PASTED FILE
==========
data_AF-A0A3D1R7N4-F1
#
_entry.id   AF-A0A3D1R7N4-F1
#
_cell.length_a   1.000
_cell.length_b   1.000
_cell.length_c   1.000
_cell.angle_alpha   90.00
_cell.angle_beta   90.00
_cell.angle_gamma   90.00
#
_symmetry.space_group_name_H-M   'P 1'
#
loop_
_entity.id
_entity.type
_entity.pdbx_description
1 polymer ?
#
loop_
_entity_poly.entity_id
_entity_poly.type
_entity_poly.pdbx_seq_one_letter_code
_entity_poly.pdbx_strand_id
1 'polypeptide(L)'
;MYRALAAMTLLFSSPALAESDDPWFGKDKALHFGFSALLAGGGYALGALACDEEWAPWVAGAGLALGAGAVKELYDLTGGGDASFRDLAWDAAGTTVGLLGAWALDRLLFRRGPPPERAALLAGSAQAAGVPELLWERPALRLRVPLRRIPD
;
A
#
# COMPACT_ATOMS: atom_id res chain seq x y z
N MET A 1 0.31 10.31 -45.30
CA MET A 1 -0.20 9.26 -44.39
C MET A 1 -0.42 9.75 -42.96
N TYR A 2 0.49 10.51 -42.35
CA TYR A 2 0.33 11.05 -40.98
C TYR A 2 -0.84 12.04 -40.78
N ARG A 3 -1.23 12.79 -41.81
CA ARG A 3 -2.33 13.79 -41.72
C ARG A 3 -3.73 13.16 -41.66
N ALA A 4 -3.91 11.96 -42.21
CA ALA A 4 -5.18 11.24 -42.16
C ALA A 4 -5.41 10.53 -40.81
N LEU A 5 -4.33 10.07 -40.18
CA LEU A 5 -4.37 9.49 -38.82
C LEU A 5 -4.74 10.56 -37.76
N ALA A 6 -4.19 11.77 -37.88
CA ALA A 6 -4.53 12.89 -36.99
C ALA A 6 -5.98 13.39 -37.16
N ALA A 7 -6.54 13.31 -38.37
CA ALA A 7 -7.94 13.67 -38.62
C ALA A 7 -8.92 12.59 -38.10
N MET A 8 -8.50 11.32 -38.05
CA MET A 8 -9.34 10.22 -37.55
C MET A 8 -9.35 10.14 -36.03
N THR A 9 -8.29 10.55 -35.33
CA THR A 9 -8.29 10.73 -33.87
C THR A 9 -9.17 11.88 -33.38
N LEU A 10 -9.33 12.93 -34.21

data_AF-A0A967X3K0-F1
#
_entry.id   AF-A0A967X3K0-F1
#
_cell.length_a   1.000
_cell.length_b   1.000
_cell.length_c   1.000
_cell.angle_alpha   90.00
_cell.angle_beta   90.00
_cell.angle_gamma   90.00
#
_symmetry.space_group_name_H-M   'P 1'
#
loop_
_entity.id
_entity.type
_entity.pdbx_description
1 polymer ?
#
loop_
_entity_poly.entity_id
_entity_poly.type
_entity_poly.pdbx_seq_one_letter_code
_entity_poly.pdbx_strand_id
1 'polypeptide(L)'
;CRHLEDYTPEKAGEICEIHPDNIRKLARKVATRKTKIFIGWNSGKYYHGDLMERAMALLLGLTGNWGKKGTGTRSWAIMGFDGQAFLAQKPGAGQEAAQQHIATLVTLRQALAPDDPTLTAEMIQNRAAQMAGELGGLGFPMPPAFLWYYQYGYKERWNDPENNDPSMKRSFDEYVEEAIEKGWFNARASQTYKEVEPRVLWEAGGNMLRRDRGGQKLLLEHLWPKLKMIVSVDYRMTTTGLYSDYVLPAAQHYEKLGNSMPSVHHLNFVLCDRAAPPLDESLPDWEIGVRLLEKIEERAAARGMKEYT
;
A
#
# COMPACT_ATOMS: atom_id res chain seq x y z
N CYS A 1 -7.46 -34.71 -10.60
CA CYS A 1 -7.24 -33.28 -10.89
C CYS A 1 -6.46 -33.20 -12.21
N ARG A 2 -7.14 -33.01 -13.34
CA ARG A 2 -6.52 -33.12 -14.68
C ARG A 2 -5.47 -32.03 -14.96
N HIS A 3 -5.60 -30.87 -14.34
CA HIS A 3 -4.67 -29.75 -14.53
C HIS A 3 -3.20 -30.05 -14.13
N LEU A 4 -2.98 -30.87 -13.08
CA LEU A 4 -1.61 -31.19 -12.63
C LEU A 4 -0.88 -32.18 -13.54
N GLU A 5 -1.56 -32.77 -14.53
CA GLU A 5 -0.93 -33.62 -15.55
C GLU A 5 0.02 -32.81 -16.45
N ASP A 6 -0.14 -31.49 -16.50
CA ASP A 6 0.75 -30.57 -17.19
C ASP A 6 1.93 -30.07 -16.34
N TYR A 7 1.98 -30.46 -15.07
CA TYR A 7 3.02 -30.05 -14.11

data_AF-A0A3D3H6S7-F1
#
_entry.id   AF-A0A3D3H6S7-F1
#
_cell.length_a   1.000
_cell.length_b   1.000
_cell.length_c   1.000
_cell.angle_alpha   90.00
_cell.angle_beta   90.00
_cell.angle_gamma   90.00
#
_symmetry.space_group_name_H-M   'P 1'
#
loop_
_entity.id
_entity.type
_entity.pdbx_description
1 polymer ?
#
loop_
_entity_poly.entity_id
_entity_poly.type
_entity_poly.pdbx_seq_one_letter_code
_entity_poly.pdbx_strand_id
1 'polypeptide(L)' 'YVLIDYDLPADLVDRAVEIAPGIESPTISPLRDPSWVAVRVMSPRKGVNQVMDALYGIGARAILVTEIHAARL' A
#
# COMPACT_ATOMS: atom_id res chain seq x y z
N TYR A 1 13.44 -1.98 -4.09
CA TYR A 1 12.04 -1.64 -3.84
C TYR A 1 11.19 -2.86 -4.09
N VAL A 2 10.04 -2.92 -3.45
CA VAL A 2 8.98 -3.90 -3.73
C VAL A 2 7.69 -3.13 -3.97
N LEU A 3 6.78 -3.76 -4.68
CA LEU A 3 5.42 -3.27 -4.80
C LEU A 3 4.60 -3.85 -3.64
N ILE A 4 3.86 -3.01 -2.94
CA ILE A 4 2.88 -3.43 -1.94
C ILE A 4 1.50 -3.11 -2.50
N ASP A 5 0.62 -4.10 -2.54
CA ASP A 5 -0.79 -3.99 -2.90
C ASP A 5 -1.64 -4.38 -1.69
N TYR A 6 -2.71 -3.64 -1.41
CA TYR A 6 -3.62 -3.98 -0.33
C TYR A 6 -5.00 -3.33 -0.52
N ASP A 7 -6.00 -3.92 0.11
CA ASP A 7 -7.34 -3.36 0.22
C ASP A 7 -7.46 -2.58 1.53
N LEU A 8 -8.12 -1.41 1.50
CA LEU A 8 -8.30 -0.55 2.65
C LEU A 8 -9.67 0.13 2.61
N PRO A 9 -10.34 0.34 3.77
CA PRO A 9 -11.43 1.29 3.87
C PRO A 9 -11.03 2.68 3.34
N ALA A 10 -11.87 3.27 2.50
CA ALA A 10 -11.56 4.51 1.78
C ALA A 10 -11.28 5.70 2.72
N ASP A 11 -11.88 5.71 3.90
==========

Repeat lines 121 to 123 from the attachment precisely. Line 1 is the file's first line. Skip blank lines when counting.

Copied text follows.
#
loop_
_entity.id